Setapp was one I forgot about, and after building a table of the apps I use and their cost to purchase individually, I decided to let it go. They provide an API for app developers to put popups on your desktop, asking you to subscribe to newsletters with your Setapp account email, which made me remember I had a Setapp subscription in the first place. It’s been a while since I looked for an app on Setapp.

Setapp popup ad

Here’s the table:

App Purchase cost Subscription cost Buy?
CleanMyMac X $89.95 $39.95 No
CleanShot X $29.00 $8.00 No
Dash $29.00 No
Expressions $7.99 Yes
Marked $13.99 No
Paw $49.99 No
PixelSnap $39.00 No
Session $39.99 No
Squash $19.99 No
SSH Config Editor $9.99 Yes
Timing $96.00 No
Typeface $39.99 Yes
Total $308.90 once $203.93 per year
Total would buy: $57.97 once

Copying and pasting a selection of apps from Finder to Numbers works great.

Most of these I was using just because they were included with Setapp, so I wasn’t invested in them. When I ran down the list, only three stood out as apps I’d like to buy outright, and subscription-only apps were an automatic no.

CleanShot X is one that I thought about keeping, but macOS’s screenshot tool has improved to the point where I think it’s good enough. Expressions is a great regex editor with helpful explanations of each operator. I rarely edit SSH configs, but SSH Config Editor is super helpful when I do. And Typeface is the best macOS font manager app.

I was surprised find that the total cost of the apps I would buy was less than $60, one-time, which made it even more apparent that it was time to dump Setapp.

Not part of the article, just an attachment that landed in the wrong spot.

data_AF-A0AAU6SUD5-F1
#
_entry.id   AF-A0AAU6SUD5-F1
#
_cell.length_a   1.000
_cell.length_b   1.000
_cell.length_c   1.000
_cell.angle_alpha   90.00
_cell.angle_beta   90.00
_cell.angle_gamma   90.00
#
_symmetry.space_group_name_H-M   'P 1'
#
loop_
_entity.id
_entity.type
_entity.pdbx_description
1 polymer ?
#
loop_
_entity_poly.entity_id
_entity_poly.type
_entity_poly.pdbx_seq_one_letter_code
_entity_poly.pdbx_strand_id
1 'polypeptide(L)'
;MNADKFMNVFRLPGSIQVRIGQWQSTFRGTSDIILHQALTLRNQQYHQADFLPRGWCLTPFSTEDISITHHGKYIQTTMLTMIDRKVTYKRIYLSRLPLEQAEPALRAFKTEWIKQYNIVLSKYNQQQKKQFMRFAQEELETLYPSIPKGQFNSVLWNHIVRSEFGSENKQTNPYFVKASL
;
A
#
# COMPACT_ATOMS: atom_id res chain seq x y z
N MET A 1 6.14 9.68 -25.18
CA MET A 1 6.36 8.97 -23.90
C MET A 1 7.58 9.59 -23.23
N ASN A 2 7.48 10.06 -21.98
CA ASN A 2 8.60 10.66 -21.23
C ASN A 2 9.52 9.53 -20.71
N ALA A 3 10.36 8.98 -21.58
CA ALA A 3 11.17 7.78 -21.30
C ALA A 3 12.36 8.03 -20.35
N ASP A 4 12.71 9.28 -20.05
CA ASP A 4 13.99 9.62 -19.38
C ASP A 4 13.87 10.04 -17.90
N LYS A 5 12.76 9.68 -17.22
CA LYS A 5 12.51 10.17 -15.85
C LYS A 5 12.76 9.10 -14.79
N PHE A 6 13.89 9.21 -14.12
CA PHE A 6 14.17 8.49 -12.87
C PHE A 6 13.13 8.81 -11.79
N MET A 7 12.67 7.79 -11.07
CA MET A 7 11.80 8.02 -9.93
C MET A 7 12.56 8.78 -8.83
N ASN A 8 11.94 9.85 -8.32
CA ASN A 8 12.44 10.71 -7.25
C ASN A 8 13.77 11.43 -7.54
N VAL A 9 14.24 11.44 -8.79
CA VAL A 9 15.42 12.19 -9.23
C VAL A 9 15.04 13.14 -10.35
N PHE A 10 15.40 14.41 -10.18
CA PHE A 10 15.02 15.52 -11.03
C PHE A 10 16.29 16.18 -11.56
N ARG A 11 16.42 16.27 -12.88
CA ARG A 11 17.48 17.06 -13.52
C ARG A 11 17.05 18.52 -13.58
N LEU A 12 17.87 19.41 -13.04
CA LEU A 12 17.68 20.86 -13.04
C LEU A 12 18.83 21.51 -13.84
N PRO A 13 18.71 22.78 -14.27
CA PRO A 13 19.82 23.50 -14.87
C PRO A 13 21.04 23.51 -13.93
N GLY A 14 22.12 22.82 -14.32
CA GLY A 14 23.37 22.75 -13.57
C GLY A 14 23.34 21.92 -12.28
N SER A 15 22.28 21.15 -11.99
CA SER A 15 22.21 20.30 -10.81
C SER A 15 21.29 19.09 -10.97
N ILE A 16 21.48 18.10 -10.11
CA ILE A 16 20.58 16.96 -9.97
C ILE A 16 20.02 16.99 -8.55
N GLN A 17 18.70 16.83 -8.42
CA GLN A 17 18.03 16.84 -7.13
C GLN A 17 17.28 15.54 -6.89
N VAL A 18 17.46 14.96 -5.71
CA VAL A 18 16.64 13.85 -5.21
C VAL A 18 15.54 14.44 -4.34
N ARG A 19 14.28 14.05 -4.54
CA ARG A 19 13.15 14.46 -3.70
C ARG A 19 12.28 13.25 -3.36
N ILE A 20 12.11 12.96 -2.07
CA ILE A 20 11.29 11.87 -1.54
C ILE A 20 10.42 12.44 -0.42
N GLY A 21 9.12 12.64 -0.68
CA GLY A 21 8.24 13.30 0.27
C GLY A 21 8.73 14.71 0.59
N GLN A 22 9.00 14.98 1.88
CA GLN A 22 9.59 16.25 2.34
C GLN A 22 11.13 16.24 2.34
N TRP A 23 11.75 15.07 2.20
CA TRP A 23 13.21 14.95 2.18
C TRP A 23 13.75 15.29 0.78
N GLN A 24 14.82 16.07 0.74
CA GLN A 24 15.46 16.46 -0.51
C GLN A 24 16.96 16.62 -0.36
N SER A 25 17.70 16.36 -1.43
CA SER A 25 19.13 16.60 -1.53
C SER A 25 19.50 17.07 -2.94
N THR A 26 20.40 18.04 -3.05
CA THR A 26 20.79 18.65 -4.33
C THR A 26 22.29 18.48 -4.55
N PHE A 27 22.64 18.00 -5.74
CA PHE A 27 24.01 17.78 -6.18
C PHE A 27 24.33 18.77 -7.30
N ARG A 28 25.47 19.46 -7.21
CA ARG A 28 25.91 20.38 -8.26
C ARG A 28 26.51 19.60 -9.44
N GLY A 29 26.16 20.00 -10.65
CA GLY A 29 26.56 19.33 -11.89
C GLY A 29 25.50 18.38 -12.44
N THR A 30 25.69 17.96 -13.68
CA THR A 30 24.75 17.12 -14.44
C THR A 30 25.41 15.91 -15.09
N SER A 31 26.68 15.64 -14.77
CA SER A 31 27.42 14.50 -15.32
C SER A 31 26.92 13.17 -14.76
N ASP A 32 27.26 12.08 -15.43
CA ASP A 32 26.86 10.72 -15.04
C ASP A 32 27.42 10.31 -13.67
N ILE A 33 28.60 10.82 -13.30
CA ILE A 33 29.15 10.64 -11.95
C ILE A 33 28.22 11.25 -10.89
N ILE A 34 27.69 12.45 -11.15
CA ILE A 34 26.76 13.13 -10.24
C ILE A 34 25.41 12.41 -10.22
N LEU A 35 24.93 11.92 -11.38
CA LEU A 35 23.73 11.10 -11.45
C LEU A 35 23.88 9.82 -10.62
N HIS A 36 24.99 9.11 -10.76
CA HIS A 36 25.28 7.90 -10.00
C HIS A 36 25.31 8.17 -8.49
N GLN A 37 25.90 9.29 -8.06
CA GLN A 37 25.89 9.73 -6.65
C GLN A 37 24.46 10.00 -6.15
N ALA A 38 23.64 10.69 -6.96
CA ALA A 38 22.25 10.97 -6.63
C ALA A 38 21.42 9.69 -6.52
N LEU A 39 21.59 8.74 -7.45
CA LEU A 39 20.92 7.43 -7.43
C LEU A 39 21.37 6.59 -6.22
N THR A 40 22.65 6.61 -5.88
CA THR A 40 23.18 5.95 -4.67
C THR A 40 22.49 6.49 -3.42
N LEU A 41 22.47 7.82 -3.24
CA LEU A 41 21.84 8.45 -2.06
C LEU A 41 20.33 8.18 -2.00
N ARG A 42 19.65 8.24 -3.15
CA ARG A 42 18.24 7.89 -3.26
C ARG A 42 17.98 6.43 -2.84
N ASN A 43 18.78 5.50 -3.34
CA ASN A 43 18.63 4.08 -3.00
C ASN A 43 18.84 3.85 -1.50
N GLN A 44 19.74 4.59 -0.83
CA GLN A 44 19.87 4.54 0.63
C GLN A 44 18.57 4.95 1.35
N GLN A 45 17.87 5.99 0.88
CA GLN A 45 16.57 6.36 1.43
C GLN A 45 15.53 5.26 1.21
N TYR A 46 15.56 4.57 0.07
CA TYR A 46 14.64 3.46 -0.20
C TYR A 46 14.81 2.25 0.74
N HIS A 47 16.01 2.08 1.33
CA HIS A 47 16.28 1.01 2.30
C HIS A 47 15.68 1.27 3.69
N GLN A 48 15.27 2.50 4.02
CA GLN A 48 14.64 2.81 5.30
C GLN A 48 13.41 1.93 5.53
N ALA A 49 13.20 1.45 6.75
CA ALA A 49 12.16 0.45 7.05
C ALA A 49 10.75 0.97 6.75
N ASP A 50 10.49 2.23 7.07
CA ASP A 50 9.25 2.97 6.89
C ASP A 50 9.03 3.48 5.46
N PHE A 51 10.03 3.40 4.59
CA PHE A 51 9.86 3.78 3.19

Minecraft

I had a Realm (server) that I haven’t logged into for months. I was trying to get Lauren into it, but after one too many creeper ambushes, the allure of The Sims and Animal Crossing became too strong. I like that you can join the same server while playing on a PC, phone, or Xbox, and my negative opinion on Java came from playing and modding Minecraft, so I’m glad they completely rewrote it. Even if you can’t install mods. I think the game is in a great state right now, but I’m bored of it again. Unless I’m at a restaurant by myself, I don’t need a server for a party of one.

Backblaze

The Backblaze subscription might be extra redundant, since I’m rarely away from home, but I like the idea of not solely depending on Time Machine and my NAS. I’m on the fence about canceling this one. iCloud isn’t a solution because it’s a file sharing service with no version history.

In addition to the Backblaze subscription, I also pay for Backblaze B2, which varies month-to-month, usually less than $10. B2 is where my NAS backups go, which includes Time Machine backups and large files I don’t want to keep on my Mac.

Apple One

I share this subscription with Lauren, and right now we’re getting a lot of value out of it. 2TB of iCloud space for cat videos, Music, and TV+ make it worth it, even if the macOS Music app is a tragedy. I tried to price out paring it down for the storage and services we use, swapping out Music for competitors, but it’s still close to what I already pay.

Results

If I don’t go back to 1Password, this is what my active subscriptions table looks like now:

Name Monthly Cost Yearly Cost
Backblaze $6.22 $74.62
Apple One $31.97 $383.64
Total $38.19 $458.26

I’m saving $40.52 a month, or $486.19 a year! Let’s hope the potential time costs are worth it.


  1. 1Password supports this too with Fastmail’s Masked Email, but field detection is not as reliable, and you can’t generate addresses from the 1Password app. ↩︎

  2. For example, “[email protected]”. ↩︎

  3. Orion works too, but you need to copy Safari passwords over. And I still don’t think Orion is ready for daily use. ↩︎